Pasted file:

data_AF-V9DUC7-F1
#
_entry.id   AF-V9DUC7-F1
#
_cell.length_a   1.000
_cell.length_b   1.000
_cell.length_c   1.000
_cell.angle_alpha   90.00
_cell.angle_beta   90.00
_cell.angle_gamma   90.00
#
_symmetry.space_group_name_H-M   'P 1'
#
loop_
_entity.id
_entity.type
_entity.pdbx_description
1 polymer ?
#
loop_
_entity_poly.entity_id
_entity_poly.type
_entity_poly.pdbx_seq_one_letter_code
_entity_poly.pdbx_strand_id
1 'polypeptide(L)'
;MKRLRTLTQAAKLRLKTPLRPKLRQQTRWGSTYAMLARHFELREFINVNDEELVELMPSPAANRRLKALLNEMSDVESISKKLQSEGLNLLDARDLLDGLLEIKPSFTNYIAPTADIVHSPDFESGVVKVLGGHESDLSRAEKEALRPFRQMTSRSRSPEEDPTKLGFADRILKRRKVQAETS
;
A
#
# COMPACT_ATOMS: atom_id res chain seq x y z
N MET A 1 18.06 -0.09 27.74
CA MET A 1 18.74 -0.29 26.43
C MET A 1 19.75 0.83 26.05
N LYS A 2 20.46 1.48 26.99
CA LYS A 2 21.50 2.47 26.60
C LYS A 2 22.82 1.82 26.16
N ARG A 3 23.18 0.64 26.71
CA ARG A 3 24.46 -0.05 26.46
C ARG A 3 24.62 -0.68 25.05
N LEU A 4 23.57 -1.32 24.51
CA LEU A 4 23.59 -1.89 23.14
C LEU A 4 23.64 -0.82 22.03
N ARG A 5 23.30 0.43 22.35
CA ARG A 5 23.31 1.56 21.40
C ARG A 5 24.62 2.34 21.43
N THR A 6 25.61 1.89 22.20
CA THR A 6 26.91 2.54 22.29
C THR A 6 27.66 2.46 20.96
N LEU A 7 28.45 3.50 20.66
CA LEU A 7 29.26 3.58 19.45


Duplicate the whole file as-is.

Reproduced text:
data_AF-V9DUC7-F1
#
_entry.id   AF-V9DUC7-F1
#
_cell.length_a   1.000
_cell.length_b   1.000
_cell.length_c   1.000
_cell.angle_alpha   90.00
_cell.angle_beta   90.00
_cell.angle_gamma   90.00
#
_symmetry.space_group_name_H-M   'P 1'
#
loop_
_entity.id
_entity.type
_entity.pdbx_description
1 polymer ?
#
loop_
_entity_poly.entity_id
_entity_poly.type
_entity_poly.pdbx_seq_one_letter_code
_entity_poly.pdbx_strand_id
1 'polypeptide(L)'
;MKRLRTLTQAAKLRLKTPLRPKLRQQTRWGSTYAMLARHFELREFINVNDEELVELMPSPAANRRLKALLNEMSDVESISKKLQSEGLNLLDARDLLDGLLEIKPSFTNYIAPTADIVHSPDFESGVVKVLGGHESDLSRAEKEALRPFRQMTSRSRSPEEDPTKLGFADRILKRRKVQAETS
;
A
#
# COMPACT_ATOMS: atom_id res chain seq x y z
N MET A 1 18.06 -0.09 27.74
CA MET A 1 18.74 -0.29 26.43
C MET A 1 19.75 0.83 26.05
N LYS A 2 20.46 1.48 26.99
CA LYS A 2 21.50 2.47 26.60
C LYS A 2 22.82 1.82 26.16
N ARG A 3 23.18 0.64 26.71
CA ARG A 3 24.46 -0.05 26.46
C ARG A 3 24.62 -0.68 25.05
N LEU A 4 23.57 -1.32 24.51
CA LEU A 4 23.59 -1.89 23.14
C LEU A 4 23.64 -0.82 22.03
N ARG A 5 23.30 0.43 22.35
CA ARG A 5 23.31 1.56 21.40
C ARG A 5 24.62 2.34 21.43
N THR A 6 25.61 1.89 22.20
CA THR A 6 26.91 2.54 22.29
C THR A 6 27.66 2.46 20.96
N LEU A 7 28.45 3.50 20.66
CA LEU A 7 29.26 3.58 19.45